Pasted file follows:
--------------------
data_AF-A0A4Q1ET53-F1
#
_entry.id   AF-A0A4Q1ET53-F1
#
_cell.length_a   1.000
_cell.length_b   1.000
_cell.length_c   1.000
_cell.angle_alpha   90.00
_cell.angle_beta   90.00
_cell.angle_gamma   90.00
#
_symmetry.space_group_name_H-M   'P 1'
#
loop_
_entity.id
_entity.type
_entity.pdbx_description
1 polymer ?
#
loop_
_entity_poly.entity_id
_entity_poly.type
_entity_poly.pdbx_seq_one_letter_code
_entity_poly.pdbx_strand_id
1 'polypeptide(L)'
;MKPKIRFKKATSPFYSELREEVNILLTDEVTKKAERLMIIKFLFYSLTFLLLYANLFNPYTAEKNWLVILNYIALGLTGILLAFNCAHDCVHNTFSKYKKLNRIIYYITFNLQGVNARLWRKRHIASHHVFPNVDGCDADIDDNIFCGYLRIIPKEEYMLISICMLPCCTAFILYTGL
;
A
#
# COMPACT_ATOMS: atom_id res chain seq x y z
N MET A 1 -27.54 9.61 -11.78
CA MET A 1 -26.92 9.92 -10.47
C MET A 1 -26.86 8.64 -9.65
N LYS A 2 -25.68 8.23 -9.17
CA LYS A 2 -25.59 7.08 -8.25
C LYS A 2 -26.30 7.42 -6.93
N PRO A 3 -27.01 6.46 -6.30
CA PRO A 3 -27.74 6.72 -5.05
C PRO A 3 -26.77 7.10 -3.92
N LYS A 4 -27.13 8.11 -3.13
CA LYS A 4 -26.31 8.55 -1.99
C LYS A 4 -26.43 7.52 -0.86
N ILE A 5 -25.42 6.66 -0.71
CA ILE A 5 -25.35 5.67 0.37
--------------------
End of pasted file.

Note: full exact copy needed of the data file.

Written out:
data_AF-A0A4Q1ET53-F1
#
_entry.id   AF-A0A4Q1ET53-F1
#
_cell.length_a   1.000
_cell.length_b   1.000
_cell.length_c   1.000
_cell.angle_alpha   90.00
_cell.angle_beta   90.00
_cell.angle_gamma   90.00
#
_symmetry.space_group_name_H-M   'P 1'
#
loop_
_entity.id
_entity.type
_entity.pdbx_description
1 polymer ?
#
loop_
_entity_poly.entity_id
_entity_poly.type
_entity_poly.pdbx_seq_one_letter_code
_entity_poly.pdbx_strand_id
1 'polypeptide(L)'
;MKPKIRFKKATSPFYSELREEVNILLTDEVTKKAERLMIIKFLFYSLTFLLLYANLFNPYTAEKNWLVILNYIALGLTGILLAFNCAHDCVHNTFSKYKKLNRIIYYITFNLQGVNARLWRKRHIASHHVFPNVDGCDADIDDNIFCGYLRIIPKEEYMLISICMLPCCTAFILYTGL
;
A
#
# COMPACT_ATOMS: atom_id res chain seq x y z
N MET A 1 -27.54 9.61 -11.78
CA MET A 1 -26.92 9.92 -10.47
C MET A 1 -26.86 8.64 -9.65
N LYS A 2 -25.68 8.23 -9.17
CA LYS A 2 -25.59 7.08 -8.25
C LYS A 2 -26.30 7.42 -6.93
N PRO A 3 -27.01 6.46 -6.30
CA PRO A 3 -27.74 6.72 -5.05
C PRO A 3 -26.77 7.10 -3.92
N LYS A 4 -27.13 8.11 -3.13
CA LYS A 4 -26.31 8.55 -1.99
C LYS A 4 -26.43 7.52 -0.86
N ILE A 5 -25.42 6.66 -0.71
CA ILE A 5 -25.35 5.67 0.37